The Affordable Care Act – broadly known as Obamacare – is a sweeping reform of the American healthcare system that became law in March, 2010. One of its key features is the encouragement of insurance marketplaces, called Health Exchanges, at the state level. Fourteen states have chosen to operate Health Exchanges within the Obamacare framework, and each hosts its own website through which residents shop for and obtain health insurance coverage. Residents of the remaining 36 states participate in the federally operated program which can be accessed through the healthcare.gov website.
Unless you’ve been living in a cave, you are aware that healthcare.gov – which launched on October 1, 2013 – has had a very rocky start. It has been the source of significant frustration for consumers trying to log on and conduct business, and manna from heaven for pundits, Obama critics and late-night comedians.
Problems with the rollout of healthcare.gov have been well documented, including the inability of consumers to log on and transact business, despite trying to do so for hours, days or weeks. But how's the website performing now? By all accounts, performance is much better. It's more user-friendly, system capacity has been radically increased, and the need to input your information before accessing prices has been eliminated. However, several important concerns remain. Among them:
- Information Transfer – During the first few months, some people's 834 forms (forms containing vital sign-up information) were incorrect or not forwarded to the insurance company. In one mid-October period, 15% of enrollees had problems with the 834 transfer. If the insurance company doesn't have your 834 form, you're not enrolled.
This has improved significantly — according to healthcare.gov, "missing 834's as a percentage of enrollment (are) now near zero" as of Dec 14th. Still, that's not the most confidence-inspiring language, and this emphasizes that it's extremely important to verify your information with the insurance company. Check the information on your insurance card, and if you haven't received the card within 10 days of signup, call to verify your status. It’s important to remember that your payments are made to the insurance company, not the website. Without a premium payment, you won't have coverage — regardless of what took place on the website.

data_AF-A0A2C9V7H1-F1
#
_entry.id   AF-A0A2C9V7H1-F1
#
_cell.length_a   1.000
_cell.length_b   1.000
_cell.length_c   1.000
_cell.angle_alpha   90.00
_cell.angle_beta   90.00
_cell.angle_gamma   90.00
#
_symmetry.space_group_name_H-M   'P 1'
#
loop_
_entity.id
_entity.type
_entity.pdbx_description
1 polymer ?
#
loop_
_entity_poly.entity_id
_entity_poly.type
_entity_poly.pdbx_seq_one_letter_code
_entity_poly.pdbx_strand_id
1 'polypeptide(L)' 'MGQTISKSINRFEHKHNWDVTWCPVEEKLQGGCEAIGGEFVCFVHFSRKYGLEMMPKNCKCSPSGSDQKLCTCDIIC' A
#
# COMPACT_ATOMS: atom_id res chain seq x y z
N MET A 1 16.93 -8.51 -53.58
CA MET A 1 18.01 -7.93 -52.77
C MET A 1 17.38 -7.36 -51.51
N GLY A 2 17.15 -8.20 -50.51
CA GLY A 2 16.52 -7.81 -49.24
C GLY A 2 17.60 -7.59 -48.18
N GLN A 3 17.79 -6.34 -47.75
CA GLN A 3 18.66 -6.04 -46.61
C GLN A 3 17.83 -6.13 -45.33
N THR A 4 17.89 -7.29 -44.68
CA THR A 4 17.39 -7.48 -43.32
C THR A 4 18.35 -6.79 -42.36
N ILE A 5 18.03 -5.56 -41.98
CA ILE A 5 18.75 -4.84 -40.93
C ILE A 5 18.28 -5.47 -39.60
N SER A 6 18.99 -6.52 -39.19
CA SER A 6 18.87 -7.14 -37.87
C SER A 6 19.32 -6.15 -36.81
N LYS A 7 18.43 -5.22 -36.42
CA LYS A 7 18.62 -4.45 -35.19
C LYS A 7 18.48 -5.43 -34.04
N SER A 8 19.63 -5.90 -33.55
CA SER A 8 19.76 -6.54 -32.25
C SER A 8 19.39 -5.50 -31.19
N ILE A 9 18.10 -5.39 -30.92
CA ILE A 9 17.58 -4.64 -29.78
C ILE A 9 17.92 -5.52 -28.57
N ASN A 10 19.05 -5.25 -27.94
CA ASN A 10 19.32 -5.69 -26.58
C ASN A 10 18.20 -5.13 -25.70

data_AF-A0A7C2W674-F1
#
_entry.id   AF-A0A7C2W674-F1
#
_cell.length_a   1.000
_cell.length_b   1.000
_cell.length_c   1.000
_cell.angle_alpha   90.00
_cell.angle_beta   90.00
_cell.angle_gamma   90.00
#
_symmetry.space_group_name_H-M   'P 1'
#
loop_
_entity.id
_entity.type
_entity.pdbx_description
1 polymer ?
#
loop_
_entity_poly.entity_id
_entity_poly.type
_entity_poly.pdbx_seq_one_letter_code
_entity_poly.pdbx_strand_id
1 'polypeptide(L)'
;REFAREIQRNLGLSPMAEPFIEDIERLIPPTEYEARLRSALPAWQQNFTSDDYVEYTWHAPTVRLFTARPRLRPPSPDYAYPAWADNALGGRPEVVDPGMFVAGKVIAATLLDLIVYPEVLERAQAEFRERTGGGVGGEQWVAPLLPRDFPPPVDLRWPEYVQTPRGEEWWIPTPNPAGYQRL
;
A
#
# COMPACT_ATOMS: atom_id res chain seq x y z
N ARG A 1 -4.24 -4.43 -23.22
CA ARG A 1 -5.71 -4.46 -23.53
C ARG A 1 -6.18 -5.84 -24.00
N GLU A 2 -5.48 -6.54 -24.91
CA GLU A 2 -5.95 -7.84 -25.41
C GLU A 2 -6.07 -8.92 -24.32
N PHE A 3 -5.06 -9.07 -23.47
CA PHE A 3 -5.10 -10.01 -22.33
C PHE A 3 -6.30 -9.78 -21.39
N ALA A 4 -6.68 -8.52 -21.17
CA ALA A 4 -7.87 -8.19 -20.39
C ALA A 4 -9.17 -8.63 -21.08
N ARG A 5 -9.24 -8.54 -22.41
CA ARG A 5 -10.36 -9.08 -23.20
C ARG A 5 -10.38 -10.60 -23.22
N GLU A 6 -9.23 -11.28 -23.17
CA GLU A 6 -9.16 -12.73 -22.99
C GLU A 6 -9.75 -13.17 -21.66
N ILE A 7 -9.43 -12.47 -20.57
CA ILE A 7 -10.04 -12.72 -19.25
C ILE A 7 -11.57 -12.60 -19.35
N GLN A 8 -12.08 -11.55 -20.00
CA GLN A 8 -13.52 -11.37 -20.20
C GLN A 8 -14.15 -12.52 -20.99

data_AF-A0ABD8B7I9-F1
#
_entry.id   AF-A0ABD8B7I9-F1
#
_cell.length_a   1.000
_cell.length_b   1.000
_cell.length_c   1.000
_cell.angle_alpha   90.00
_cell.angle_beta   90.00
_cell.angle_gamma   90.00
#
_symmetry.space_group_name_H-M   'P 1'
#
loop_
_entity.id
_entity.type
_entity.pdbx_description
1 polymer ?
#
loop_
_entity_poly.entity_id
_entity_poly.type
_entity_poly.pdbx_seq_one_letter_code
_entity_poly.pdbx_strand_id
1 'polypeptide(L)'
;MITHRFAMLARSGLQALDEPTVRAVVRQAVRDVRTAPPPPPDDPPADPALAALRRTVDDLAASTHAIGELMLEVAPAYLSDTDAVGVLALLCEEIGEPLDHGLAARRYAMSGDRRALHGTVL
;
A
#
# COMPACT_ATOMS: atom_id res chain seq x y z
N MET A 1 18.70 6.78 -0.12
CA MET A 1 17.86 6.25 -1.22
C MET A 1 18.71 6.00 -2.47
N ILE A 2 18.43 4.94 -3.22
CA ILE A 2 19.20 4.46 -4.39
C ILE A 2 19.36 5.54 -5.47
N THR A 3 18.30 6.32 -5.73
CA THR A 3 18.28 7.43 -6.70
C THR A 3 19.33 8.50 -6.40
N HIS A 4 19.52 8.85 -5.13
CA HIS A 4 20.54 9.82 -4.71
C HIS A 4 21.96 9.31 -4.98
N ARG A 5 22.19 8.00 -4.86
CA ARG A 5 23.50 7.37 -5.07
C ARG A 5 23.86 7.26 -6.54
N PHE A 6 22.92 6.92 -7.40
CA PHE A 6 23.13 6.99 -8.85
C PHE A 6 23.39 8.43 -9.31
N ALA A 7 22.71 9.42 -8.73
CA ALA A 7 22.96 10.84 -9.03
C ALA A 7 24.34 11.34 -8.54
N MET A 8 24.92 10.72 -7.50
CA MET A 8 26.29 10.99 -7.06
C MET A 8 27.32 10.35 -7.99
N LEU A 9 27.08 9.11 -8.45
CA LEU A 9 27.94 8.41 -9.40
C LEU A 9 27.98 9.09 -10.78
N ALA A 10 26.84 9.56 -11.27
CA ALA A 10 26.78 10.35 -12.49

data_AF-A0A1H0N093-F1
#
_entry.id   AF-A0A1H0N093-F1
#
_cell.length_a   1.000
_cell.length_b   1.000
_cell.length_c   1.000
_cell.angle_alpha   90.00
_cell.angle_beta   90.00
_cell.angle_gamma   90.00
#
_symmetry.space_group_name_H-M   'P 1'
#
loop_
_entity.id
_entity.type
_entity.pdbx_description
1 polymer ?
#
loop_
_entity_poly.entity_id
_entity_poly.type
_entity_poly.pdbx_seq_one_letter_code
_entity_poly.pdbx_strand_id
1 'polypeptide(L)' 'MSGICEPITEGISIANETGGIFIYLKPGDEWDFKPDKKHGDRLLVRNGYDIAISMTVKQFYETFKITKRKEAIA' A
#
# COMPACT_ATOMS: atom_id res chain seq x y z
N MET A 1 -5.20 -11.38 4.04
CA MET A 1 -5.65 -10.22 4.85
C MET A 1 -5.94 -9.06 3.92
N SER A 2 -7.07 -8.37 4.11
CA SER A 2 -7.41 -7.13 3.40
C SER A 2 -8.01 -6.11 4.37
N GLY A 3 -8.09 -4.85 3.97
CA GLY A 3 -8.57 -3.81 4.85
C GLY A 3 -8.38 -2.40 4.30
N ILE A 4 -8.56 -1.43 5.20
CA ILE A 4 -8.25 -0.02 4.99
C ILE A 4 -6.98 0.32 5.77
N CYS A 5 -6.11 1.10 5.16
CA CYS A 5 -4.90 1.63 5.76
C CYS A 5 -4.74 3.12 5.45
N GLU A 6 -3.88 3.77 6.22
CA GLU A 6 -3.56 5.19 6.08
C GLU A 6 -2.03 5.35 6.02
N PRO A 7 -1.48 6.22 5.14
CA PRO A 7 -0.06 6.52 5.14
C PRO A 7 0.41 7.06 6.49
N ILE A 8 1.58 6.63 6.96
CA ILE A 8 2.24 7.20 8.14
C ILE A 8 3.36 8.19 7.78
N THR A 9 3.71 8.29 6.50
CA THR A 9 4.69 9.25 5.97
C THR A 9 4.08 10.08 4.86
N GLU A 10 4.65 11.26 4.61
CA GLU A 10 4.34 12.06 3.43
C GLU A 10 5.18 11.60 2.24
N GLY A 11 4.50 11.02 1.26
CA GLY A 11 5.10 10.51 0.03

- Security – While some security experts give healthcare.gov a poor grade, there have been no reported data breaches. You have no choice but to submit information if you are going to use the website — just monitor your credit regularly and be diligent for any signs of identity theft.
- Medicaid/Subsidy Assessment – When you input your financial information, the website calculates your qualification for Medicaid or subsidies for insurance, and acts accordingly. Some people are being told they are eligible for Medicaid or CHIP (Children's Health Insurance Program) and automatically enrolled — or so they think. Information is not reaching the state Medicaid agencies in some cases, and if you are in that situation, you are in limbo. The system does not know what to do with you.
You may be forced to purchase insurance outside the website or go without, since resolving the Medicaid status through the government side may take longer than the open enrollment deadline (March 31st).
There are other stories of incorrect assessment that send people on a trip down the bureaucratic rabbit hole. In all cases the advice is the same — check with your insurer or state Medicaid agency, whichever one applies.
- Change of Status – There do not appear to be provisions for modifying data such as adding a newborn, changing your marital status, losing a job, or other fundamental life changes. Any of these may shift the insurance plan for which you qualify. Navigators may be able to assist you, but in these cases it's wise to work directly with the insurance company and bypass the exchange.
While the healthcare.gov website has improved, there are still important problems to correct, and if you can, it's best to go directly to the insurance companies. If you do, however, the catch is that you won't be able to claim any subsidies for which you may be eligible. Which means if you are low income, your best bet is still to go through the exchanges and be as diligent as possible on verifying your status.
All complex systems go through rough startups, and healthcare.gov is no different. Despite these highly visible problems, the fact remains that 1.1 million Americans obtained insurance on the website by December 31. And it is slated to be further improved by the time the 2015 signup rolls around in October… we hope.